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RE: SICK PROFESSION

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Michael-

My opinions to your points:

First Point - I disagree. Just because we did things a certain way a
hundred (or four hundred) years ago, is that justification for doing it
now? I'm not (yet) saying "close the door", but I would like to see
tighter immigration, keeping illegals out (better, much better than now)
and more restrictive immigration laws just because we don't have the
resources we did a hundred years ago. The more people we let in, the
less we have. You probably have an idea of what I think about Davis
giving drivers licenses to illegal aliens. Yes, I'm already here, been
here a long time, but that shouldn't matter. I don't feel guilty for it.
Even the American Indians immigrated here.

Second Point - I agree. Yes, we've exploited cheap labor. All
civilizations have done it. I don't think how we treat unskilled
laborers now is as bad as it was in the past. From what I understand,
the overseas factories we support provide the "locals" with a better way
of life than they would have had if we hadn't gone there, albeit nothing
like what we would call "acceptable" here. Should we look into child
labor and quasi-slavery issues? Absolutely. But we not as bad as some
(labor unions?) would have us believe.

Third Point - I agree and disagree. If an immigrant can come in and
improve MY standard of living, I say let 'em in. If an immigrant lowers
my standard of living, I say keep 'em out. FWIW, the H1Bs I personally
know have improved MY standard of living. They make a LOT of money and
pay a LOT of taxes. This is a Good Thing (tm). But, I wouldn't want to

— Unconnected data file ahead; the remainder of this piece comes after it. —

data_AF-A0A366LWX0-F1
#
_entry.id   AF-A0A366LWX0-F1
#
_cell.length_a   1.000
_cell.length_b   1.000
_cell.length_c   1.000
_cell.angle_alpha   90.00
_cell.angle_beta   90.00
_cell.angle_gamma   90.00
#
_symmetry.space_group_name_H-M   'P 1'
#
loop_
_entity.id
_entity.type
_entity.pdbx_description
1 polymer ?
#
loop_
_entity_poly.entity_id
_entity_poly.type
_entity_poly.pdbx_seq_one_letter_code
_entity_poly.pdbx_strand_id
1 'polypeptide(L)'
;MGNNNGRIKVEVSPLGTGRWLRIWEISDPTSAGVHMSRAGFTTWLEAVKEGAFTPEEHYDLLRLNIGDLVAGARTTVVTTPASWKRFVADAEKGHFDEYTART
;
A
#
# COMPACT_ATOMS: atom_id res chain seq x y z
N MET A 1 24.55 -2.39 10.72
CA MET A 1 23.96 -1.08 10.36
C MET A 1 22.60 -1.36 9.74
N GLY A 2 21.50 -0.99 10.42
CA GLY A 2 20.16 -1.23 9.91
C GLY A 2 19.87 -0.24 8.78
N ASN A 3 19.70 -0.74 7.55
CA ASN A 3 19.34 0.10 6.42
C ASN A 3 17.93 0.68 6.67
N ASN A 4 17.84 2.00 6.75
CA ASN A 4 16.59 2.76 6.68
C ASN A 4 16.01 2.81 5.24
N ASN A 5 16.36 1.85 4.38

let in anyone who wanted to move here, just because they have a skill.
We're running out of room and precious resources.

Fourth Point - If I understand it properly, I agree in concept. If
Americans lose jobs because of factories moving overseas, then they
should wake up, smell the coffee and learn another, higher paying trade.
This is akin to the Luddites who revolted against the Industrial
Revolution.

Fifth Point - I agree. No debate.

Last Point - I agree. Again, I have no problem with H1Bs in concept as
long as there are limits on the numbers. I don't even care if they "jump
in front" of the line, because they are exhibiting the entrepreneurial
spirit we seem to attract and thrive on.

In summary, we don't owe anyone, except American citizens, anything. We
should act in our own best interests first and foremost. While my macro
economic skills are pretty weak, I believe that a global economy is a
good thing for us, even though there will be pains to get there.

Just think back to the 70s when Richard Nixon took our currency off of
the gold standard and put it on the world market. Can anyone imagine
that NOT being good for us?

Just my viewpoint.

T. William (Bill) Allen, S.E. (CA #2607)
V/F (949) 248-8588
San Juan Capistrano, CA
http://members.cox.net/ballense/